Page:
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Drain Flies & Fungus Gnats

drain fly

Some folks call the extension office about "gnats," but to an entomologist, a gnat is a small fly. All flies and gnats (very small flies) have two wings, which places them in the order Diptera. Several types of small flies infest damp or wet locations inside the home, but drain flies and fungus gnats are often found during the fall and winter.

Drain Flies. These grayish-brown flies often hover over the sink or bathtub drain. Under magnification, they look similar to tiny moths, so these flies are sometimes called moth flies. Drain fly larvae develop by feeding on fungi and organic matter living in the gelatinous gunk that gradually builds up in drain pipes. Adult flies emerge from the drain and mate. Then, the female fly goes back down the drain to lay eggs. The drain is the most common breeding site, but infestations also can begin when there are broken or leaking pipes, a sink overflow, or from a grungy garbage disposal. The photo of the drain fly (left) is by Jim Kalisch, University of Nebraska with the Department of Entomology.

Control:  Drain flies are usually eliminated by removing the gelatinous slime on the inside of the pipes. Drain cleaners are good for clogs, but might not do a good job of cleaning pipes and removing the slimy gunk. Pouring boiling water down the drain may loosen the gelatinous slime, but the surest way to clean the drain pipe is to clean it manually with a plumber's snake or wire brush. In addition, check pipes to make sure they are not leaking. If the flies seem to be above the garbage disposal, clean it according to the manufacturer's directions.

Fungus gnats. A Fungus gnat is a small, dark, delicate-looking fly with slender legs and a long body. They'll be near potted plants and may hop across the soil surface. Fungus gnat larvae feed on fungi growing in the top 2 to 3 inches of soil. The life cycle from is 3 to 4 weeks at room temperature. To the right is a dark winged fungus gnat, photographed by Jim Kalisch, UNL Entomology.

Fungus gnats are more common in the fall and winter because plant growth slows, but many people continue their frequent summer watering schedule. Wet soil increases soil fungi and fungus gnat development. House plants taken outdoors during the summer are often infested with fungus gnats when they are brought indoors.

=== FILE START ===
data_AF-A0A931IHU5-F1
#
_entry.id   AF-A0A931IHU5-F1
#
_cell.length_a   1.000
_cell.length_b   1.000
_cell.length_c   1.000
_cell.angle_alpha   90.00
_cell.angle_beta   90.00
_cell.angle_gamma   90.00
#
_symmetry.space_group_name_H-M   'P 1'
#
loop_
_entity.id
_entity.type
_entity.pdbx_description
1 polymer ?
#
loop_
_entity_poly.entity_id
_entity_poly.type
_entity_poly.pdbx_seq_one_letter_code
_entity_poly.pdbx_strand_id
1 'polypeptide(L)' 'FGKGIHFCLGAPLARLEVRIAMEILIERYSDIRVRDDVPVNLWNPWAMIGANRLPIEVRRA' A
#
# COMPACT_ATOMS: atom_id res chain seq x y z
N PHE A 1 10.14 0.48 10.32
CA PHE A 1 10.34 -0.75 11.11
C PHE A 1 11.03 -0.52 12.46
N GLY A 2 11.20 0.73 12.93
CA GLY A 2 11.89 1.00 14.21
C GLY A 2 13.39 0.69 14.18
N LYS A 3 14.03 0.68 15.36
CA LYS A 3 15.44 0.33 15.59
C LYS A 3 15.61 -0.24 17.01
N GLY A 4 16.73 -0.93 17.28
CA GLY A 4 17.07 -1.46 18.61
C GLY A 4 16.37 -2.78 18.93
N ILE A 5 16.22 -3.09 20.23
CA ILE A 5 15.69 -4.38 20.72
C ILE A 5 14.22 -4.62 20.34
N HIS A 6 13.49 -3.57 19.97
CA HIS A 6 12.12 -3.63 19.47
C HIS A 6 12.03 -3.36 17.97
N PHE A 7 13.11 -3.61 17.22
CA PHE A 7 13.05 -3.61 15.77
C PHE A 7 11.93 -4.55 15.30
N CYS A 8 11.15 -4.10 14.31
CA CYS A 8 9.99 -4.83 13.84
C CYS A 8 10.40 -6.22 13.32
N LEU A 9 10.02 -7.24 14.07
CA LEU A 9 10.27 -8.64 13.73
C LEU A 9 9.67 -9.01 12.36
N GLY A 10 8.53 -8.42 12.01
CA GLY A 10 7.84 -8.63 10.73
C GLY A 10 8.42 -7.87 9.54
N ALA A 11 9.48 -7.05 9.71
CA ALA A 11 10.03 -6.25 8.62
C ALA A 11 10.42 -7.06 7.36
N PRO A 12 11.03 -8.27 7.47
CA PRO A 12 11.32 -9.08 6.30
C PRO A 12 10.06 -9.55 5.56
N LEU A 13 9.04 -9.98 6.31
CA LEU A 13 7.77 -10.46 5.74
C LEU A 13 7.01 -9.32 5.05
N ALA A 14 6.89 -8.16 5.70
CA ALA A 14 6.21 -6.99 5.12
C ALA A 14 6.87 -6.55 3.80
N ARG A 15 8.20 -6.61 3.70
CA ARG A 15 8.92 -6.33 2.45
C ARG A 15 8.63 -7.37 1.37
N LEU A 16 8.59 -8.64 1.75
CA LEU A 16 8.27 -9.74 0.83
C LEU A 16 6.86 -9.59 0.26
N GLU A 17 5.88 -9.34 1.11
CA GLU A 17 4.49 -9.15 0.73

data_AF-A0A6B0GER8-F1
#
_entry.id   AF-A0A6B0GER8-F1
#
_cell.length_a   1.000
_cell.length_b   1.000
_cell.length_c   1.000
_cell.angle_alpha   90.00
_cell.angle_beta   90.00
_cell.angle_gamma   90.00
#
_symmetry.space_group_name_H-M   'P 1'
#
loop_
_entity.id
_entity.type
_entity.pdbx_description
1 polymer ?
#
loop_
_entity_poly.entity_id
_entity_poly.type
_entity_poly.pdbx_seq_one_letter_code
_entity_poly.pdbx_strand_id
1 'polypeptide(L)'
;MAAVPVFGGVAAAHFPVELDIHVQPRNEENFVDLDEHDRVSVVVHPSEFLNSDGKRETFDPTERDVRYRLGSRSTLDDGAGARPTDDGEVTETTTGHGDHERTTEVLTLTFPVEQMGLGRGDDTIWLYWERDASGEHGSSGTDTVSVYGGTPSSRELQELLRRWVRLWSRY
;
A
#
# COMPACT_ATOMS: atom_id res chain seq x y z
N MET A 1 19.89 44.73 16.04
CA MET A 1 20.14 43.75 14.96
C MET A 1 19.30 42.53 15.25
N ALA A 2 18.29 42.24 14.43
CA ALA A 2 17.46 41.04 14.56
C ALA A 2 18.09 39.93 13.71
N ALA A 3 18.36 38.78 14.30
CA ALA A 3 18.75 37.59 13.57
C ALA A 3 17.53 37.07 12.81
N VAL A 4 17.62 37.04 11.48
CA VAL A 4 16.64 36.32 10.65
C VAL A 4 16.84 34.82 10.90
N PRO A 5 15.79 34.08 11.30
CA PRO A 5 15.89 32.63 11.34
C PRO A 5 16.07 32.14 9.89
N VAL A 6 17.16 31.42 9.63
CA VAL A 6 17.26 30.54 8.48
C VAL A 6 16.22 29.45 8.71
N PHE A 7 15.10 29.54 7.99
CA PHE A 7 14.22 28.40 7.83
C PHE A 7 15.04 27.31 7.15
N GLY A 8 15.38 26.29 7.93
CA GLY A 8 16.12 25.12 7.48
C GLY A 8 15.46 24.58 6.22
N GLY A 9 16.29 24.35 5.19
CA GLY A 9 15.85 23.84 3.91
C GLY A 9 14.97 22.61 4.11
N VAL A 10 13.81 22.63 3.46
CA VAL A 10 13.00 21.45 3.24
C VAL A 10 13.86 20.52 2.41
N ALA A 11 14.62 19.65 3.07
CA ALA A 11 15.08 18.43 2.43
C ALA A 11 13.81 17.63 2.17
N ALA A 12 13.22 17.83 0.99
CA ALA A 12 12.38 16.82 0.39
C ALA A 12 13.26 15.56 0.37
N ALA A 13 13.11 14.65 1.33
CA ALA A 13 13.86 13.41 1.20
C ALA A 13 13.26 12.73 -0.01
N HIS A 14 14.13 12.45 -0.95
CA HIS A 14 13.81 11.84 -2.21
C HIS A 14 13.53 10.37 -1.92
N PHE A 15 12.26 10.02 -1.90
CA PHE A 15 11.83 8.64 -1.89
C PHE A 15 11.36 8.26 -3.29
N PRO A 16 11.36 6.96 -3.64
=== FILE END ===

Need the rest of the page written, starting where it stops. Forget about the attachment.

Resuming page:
Control:The best management practice for controlling fungus gnats is to allow the top two-inches of soil to dry thoroughly between watering. Remove any dried plant materials on or in the soil. Don't allow water to set in saucers under plants. Purchase and use only sterile potting soil. According to Whitney Cranshaw, Colorado State University, you can use ¼-inch potato slices to detect fungus gnat larvae in the soil of potted plants. Insert potato slices into the soil surface. Within a couple days, the larvae will move into the potato slices. Check the potato slices to see the tiny larvae.

Insecticides can supplement the cultural control of reduced watering. To control emerging adults, apply pyrethroid insecticides to the soil surface at 2 to 3-day intervals for three to four weeks. Appropriate insecticidal products can be purchased at garden centers. Whenever using pesticides read the label and follow the directions carefully.

To make sure appropriate management tactics are used, "gnats" (i.e., small flies) should be identified by an expert. In addition to drain flies and fungus gnats, some other types of small flies are sometimes found indoors. Contact your local extension office or a pest management professional for help with identification of these tiny flies.

Barb Ogg
Former Extension Educator, Entomology
Barb Ogg shared her love of entomology with clientele throughout Nebraska for many years through Nebraska Extension. Barb retired in 2015.

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